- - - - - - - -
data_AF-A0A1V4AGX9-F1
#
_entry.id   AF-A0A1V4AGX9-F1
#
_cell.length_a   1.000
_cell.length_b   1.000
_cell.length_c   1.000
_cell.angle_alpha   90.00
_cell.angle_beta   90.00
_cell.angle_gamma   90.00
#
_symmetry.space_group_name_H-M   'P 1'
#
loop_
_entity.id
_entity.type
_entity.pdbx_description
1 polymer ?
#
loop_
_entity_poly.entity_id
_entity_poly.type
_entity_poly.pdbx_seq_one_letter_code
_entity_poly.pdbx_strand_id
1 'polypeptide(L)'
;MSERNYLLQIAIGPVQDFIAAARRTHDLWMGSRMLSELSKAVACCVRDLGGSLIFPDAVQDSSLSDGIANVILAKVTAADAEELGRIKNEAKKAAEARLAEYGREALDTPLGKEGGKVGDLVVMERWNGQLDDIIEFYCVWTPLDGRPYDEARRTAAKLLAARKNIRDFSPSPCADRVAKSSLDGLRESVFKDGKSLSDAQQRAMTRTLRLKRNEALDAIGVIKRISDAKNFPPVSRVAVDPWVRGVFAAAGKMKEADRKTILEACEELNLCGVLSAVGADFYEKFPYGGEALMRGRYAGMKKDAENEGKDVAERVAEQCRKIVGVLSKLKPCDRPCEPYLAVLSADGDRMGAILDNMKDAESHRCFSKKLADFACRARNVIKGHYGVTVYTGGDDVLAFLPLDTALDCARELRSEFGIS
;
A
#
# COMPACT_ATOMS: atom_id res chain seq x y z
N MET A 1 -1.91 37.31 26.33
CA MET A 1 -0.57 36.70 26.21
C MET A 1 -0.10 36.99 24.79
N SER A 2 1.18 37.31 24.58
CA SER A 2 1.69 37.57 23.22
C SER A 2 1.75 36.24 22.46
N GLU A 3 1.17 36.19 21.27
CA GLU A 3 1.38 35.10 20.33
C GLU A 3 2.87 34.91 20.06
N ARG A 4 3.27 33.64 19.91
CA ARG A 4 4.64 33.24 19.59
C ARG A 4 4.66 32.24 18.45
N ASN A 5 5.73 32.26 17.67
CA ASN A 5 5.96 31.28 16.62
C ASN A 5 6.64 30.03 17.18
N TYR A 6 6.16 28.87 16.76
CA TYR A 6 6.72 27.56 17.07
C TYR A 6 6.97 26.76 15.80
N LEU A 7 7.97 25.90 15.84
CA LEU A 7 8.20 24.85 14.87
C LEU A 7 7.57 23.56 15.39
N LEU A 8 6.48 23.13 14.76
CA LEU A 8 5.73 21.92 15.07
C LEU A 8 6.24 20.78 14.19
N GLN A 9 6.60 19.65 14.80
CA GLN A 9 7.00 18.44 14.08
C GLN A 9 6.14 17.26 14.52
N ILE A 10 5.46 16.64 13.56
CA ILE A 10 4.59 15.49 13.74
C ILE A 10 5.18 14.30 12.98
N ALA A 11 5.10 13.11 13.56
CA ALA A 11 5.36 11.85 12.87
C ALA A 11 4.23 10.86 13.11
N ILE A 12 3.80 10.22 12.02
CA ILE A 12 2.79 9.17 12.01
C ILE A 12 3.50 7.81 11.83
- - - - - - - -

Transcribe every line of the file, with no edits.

data_AF-A0A1V4AGX9-F1
#
_entry.id   AF-A0A1V4AGX9-F1
#
_cell.length_a   1.000
_cell.length_b   1.000
_cell.length_c   1.000
_cell.angle_alpha   90.00
_cell.angle_beta   90.00
_cell.angle_gamma   90.00
#
_symmetry.space_group_name_H-M   'P 1'
#
loop_
_entity.id
_entity.type
_entity.pdbx_description
1 polymer ?
#
loop_
_entity_poly.entity_id
_entity_poly.type
_entity_poly.pdbx_seq_one_letter_code
_entity_poly.pdbx_strand_id
1 'polypeptide(L)'
;MSERNYLLQIAIGPVQDFIAAARRTHDLWMGSRMLSELSKAVACCVRDLGGSLIFPDAVQDSSLSDGIANVILAKVTAADAEELGRIKNEAKKAAEARLAEYGREALDTPLGKEGGKVGDLVVMERWNGQLDDIIEFYCVWTPLDGRPYDEARRTAAKLLAARKNIRDFSPSPCADRVAKSSLDGLRESVFKDGKSLSDAQQRAMTRTLRLKRNEALDAIGVIKRISDAKNFPPVSRVAVDPWVRGVFAAAGKMKEADRKTILEACEELNLCGVLSAVGADFYEKFPYGGEALMRGRYAGMKKDAENEGKDVAERVAEQCRKIVGVLSKLKPCDRPCEPYLAVLSADGDRMGAILDNMKDAESHRCFSKKLADFACRARNVIKGHYGVTVYTGGDDVLAFLPLDTALDCARELRSEFGIS
;
A
#
# COMPACT_ATOMS: atom_id res chain seq x y z
N MET A 1 -1.91 37.31 26.33
CA MET A 1 -0.57 36.70 26.21
C MET A 1 -0.10 36.99 24.79
N SER A 2 1.18 37.31 24.58
CA SER A 2 1.69 37.57 23.22
C SER A 2 1.75 36.24 22.46
N GLU A 3 1.17 36.19 21.27
CA GLU A 3 1.38 35.10 20.33
C GLU A 3 2.87 34.91 20.06
N ARG A 4 3.27 33.64 19.91
CA ARG A 4 4.64 33.24 19.59
C ARG A 4 4.66 32.24 18.45
N ASN A 5 5.73 32.26 17.67
CA ASN A 5 5.96 31.28 16.62
C ASN A 5 6.64 30.03 17.18
N TYR A 6 6.16 28.87 16.76
CA TYR A 6 6.72 27.56 17.07
C TYR A 6 6.97 26.76 15.80
N LEU A 7 7.97 25.90 15.84
CA LEU A 7 8.20 24.85 14.87
C LEU A 7 7.57 23.56 15.39
N LEU A 8 6.48 23.13 14.76
CA LEU A 8 5.73 21.92 15.07
C LEU A 8 6.24 20.78 14.19
N GLN A 9 6.60 19.65 14.80
CA GLN A 9 7.00 18.44 14.08
C GLN A 9 6.14 17.26 14.52
N ILE A 10 5.46 16.64 13.56
CA ILE A 10 4.59 15.49 13.74
C ILE A 10 5.18 14.30 12.98
N ALA A 11 5.10 13.11 13.56
CA ALA A 11 5.36 11.85 12.87
C ALA A 11 4.23 10.86 13.11
N ILE A 12 3.80 10.22 12.02
CA ILE A 12 2.79 9.17 12.01
C ILE A 12 3.50 7.81 11.83